It’s pretty common behavior for young adults. They’re often night owls. A 9 p.m. bedtime for someone under the age of 25 is about as ordinary as a skateboarding 70-year-old.
Scientists, however, have recognized that young people who burn the midnight oil appear to be at higher risk of substance abuse and mental health disorders. It hasn’t been entirely clear why that is.
But British investigators have now associated that higher risk with impulsivity among those ages 18 to 25.
The researchers sought out 200 young volunteers to better understand the phenomenon. All were quizzed on their sleep patterns. Did they avoid the pillow until the wee hours or hit the sack at a time their moms would have found reasonable?
They were also questioned about sleep quality, anxiety levels and impulsivity, in addition to how much they smoked and their consumption of alcohol, coffee and other caffeinated drinks.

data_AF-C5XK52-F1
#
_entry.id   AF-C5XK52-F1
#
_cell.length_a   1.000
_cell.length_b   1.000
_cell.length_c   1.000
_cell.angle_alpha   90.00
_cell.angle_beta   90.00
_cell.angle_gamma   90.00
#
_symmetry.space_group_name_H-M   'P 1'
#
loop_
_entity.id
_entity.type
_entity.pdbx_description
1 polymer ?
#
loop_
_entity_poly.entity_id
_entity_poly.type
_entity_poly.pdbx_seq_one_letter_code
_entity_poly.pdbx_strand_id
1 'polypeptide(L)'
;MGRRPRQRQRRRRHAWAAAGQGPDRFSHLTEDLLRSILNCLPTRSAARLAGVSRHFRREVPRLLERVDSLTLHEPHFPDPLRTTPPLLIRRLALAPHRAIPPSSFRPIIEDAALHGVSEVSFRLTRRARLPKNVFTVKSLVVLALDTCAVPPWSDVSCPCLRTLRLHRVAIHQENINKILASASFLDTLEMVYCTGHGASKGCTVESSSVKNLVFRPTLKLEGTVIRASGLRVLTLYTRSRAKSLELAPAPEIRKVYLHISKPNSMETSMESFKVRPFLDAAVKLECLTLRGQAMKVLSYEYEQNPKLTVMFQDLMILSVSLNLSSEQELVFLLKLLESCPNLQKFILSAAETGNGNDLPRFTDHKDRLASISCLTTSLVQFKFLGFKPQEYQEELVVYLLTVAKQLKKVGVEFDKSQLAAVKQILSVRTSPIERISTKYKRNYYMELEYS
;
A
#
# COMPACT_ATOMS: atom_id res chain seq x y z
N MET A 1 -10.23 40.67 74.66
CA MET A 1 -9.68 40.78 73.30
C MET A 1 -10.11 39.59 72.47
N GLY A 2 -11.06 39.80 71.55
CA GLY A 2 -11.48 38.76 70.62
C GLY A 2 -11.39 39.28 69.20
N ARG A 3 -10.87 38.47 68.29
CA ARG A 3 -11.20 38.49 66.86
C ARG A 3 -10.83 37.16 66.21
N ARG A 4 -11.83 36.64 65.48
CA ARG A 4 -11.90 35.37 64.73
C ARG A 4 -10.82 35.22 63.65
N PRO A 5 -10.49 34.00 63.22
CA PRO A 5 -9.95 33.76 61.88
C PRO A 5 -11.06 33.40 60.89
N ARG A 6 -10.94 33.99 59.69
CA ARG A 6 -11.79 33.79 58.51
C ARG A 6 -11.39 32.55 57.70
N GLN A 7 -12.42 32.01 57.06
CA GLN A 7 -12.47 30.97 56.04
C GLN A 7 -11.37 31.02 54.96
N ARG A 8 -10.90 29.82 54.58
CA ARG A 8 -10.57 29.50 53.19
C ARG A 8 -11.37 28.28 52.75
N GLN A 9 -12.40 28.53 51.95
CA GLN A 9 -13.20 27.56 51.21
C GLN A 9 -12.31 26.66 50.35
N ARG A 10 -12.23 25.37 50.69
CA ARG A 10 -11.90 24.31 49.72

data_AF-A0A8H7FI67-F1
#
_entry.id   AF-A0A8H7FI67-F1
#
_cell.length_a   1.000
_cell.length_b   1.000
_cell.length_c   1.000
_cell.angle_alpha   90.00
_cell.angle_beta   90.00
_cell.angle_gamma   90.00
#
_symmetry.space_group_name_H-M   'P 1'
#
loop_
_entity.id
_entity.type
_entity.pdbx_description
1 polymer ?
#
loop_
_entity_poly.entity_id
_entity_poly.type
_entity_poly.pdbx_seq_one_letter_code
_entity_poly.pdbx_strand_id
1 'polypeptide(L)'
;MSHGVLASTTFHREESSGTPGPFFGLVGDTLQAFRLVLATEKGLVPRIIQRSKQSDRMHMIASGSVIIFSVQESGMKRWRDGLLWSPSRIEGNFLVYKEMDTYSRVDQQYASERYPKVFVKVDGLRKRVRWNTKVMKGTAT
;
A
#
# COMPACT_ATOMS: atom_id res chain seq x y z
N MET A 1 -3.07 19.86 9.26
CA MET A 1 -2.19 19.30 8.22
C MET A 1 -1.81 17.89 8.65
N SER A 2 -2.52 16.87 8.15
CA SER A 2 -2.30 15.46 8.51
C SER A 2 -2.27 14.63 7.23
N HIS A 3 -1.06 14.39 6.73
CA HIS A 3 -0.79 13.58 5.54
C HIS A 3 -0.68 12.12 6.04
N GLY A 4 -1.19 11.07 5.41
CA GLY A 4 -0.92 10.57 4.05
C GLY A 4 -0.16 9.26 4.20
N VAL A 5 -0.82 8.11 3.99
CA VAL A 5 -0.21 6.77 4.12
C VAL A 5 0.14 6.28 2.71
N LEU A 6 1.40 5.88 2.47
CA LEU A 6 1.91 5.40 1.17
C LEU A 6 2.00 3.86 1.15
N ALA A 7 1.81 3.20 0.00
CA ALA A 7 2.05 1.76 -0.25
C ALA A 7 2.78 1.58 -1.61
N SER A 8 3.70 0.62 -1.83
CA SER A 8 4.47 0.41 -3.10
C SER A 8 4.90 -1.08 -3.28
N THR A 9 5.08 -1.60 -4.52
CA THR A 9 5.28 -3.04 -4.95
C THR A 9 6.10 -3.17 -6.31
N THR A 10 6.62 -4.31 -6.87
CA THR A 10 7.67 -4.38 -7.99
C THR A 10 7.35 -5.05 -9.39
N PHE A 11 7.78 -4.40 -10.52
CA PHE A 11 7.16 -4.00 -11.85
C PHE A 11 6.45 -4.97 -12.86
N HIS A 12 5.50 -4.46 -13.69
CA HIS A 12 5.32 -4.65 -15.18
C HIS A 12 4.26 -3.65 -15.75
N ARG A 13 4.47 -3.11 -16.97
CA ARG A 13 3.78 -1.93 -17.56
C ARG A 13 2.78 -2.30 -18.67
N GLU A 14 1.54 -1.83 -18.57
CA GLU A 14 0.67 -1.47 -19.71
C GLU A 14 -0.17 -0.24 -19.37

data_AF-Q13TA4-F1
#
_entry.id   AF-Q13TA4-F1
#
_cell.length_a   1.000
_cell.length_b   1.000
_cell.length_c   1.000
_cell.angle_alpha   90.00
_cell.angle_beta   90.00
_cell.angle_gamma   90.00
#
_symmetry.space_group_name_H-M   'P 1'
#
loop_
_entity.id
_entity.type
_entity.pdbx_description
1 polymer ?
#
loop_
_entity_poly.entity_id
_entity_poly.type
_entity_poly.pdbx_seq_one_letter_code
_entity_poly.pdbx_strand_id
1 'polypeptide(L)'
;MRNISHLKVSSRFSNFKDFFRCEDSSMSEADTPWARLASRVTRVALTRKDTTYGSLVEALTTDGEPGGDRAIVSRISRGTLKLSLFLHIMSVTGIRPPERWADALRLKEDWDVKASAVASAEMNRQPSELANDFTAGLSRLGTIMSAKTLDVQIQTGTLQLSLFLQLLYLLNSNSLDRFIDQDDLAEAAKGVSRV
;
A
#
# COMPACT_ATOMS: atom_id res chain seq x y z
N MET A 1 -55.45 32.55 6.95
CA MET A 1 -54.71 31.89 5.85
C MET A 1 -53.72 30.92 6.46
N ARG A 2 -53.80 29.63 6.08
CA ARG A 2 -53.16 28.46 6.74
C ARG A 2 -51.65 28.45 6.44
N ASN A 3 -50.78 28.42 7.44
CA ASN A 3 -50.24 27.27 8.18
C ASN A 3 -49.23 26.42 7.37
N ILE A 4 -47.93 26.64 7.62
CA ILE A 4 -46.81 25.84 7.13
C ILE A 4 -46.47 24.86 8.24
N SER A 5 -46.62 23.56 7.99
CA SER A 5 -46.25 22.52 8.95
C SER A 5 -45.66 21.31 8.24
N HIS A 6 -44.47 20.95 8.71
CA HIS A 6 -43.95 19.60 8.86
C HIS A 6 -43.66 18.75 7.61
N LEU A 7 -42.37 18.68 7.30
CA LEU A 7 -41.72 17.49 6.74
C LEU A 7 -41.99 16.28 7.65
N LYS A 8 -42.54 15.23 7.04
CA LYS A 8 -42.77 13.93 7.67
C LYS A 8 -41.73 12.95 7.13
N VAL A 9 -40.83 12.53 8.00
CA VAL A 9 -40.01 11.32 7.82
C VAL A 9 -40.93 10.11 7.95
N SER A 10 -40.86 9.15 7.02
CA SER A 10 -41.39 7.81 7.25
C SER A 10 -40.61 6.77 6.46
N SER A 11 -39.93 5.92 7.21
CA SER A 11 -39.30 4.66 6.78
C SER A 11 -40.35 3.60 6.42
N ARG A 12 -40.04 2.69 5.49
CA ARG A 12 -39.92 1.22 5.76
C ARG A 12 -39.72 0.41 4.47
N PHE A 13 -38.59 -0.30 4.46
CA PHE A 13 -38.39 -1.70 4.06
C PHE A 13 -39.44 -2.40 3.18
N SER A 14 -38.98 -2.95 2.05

A computer program set out to establish their impulsivity levels. Each volunteer was gauged on how long they were willing to wait for a hypothetical cash reward. The more impulsive in the group tended to snatch up smaller, immediate rewards rather than being a little more patient to get a larger reward later.
It turned out that the participants who liked to stay up late were more impulsive than their daylight counterparts. They also reported being more anxious, and drank and smoked more.
So, being impulsive might be a link to such detrimental behavior. The study’s authors say bolstering sleep hygiene could improve the mental and physical well-being of an at-risk population.
Good sleep is good medicine.